The sedentary God

But Jesus stooped down,

and with his finger wrote on the ground, 

as though he heard them not. John 8: 5 

John the evangelist is usually not much interested in event descriptions. But he draws a beautiful picture, a picture of a prostitute, a furious mob and an sedentary god sitting in the middle of all . It is not a colourful one, it says only a few words, but the impact it makes in the scene is tremendous.  The mob already made a verdict on the girl, she caught in adultery. They knew the punishment too. Then what is the role of a son of god? The one once said- my intention is to complete but not to rewrite? All he did is bend down and wrote with his finger. Some kind of sedentariness, some kind of withdrawal.  A homework in the middle of a common conclusion upon a feeble subject.


At last a verdict from him: Let him who is without sin among you be the first to throw a stone at her. The script says when the mob heard it, they went away one by one, beginning with the older ones. He may have concluded that if a toddler stoned her it would be flower shower.

Here what Jesus did is not something like a washing of hands by saying “I am innocent of this mans blood” but what he did is giving a verdict. See how strongly a long silence argued for her.  No questions about her sins, no interrogations. And it was not a verdict based on the scriptures, he made a law for his surroundings, some kind of anarchism. But it made some resonance in the heart of that girl, an anarchism much enough to make her recognise the one stood up in front of her is the Christ.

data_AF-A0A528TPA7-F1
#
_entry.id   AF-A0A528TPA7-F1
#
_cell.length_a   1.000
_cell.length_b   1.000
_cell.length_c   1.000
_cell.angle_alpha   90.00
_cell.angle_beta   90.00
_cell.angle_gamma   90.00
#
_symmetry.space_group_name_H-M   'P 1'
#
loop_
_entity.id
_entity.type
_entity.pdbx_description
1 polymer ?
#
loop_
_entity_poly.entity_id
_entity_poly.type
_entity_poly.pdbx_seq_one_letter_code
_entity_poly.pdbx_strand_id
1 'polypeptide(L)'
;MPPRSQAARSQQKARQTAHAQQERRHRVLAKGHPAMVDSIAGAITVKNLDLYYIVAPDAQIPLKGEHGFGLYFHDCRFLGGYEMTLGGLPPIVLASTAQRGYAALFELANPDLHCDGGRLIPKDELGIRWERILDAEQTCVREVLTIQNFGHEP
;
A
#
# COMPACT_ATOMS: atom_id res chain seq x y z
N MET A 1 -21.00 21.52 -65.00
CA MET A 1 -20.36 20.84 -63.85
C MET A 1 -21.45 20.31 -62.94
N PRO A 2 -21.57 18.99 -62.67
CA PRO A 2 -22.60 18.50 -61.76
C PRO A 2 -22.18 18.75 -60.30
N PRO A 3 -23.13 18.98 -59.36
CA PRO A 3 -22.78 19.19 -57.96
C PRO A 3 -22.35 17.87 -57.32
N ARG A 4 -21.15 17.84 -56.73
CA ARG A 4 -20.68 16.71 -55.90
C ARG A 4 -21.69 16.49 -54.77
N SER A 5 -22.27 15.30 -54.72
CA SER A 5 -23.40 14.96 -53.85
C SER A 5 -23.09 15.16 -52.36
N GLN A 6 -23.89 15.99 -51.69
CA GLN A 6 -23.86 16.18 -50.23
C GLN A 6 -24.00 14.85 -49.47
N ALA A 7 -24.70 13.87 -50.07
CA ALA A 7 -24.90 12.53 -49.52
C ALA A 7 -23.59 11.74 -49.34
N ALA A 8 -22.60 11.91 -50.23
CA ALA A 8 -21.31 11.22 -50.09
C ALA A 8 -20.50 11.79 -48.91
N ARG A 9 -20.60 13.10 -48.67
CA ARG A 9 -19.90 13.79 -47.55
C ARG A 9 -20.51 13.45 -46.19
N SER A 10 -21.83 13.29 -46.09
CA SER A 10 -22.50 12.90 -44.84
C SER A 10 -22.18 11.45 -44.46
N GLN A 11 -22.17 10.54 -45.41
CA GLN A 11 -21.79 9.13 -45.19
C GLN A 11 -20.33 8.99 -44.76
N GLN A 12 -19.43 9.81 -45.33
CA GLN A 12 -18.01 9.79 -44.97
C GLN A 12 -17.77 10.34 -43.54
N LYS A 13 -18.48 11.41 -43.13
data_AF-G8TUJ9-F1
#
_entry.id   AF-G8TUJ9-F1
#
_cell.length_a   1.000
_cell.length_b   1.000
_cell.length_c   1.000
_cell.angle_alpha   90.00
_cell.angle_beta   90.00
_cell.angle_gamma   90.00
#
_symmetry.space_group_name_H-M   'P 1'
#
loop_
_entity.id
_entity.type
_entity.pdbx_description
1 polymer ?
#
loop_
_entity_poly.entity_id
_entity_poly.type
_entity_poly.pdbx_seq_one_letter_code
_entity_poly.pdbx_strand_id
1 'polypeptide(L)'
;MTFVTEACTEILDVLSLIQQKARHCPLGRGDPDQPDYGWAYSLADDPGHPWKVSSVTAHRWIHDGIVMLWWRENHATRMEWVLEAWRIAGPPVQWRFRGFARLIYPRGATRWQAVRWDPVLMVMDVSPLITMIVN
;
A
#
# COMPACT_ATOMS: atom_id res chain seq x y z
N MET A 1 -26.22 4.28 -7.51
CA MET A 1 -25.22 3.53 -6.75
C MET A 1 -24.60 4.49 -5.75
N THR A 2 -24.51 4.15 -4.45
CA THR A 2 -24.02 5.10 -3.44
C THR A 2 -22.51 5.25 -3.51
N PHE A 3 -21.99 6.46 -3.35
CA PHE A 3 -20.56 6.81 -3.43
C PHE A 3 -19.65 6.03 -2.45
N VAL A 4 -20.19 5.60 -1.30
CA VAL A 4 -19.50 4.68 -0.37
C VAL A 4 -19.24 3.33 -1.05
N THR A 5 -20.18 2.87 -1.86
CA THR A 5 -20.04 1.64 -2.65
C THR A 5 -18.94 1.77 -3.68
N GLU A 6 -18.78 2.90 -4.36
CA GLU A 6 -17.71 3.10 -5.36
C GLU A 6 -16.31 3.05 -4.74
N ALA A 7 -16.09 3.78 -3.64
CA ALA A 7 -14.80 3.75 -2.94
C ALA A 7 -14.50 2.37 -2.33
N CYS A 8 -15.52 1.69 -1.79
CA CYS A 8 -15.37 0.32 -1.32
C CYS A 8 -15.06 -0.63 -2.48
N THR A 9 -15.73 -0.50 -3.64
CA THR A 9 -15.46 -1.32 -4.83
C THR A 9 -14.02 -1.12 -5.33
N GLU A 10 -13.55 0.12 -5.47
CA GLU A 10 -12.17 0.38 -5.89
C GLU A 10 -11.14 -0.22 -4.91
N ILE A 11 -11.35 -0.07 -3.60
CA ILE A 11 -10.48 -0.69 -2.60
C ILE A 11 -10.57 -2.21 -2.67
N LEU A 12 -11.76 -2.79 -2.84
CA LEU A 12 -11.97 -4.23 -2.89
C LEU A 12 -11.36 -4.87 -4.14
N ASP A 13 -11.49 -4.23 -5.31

Jesus likes this anarchism – an anarchism answering the Pharisees about the act of disciples- who eat wheat while walking through the field during Sabbath. His view about the law, that law is for human, becomes the coronation of common people upon the narrow-minded privileged ones. An understanding, which conclude that, it is not immoral to be an anarchist while considering human justifications. An interpretation that says sin is not to be stoned.

The thought-provoking matter is, other than the prostitute, everyone bends down and stood up. When the people bend down and stood up they got stones but Jesus got hope. Bending down is an act of escape, self-examination. An examination to find out where our shadow is. We will tempt to throw when we see only stones. The crowd examined what they draw in the sand only after Jesus’ gave direction. That examination scattered their mind.


There is always a moment when the culprit and judge become alone. The time of verdict. When each one in the crowd becomes alone. Then there is no room for a verdict and punishment, and there is no place for self, so they went away, one by one.

Yes brother, it is easy to find stones in the floor; it is easy to find someone to stone. But homework will alter our minds.  So don’t take stones, even we will be careful to throw it down and not to fell on our own feet. It is enough to place the prostitute among crowd,  then let her live her life, sometimes people will gather tomorrow around you. We can be merciful as he is.


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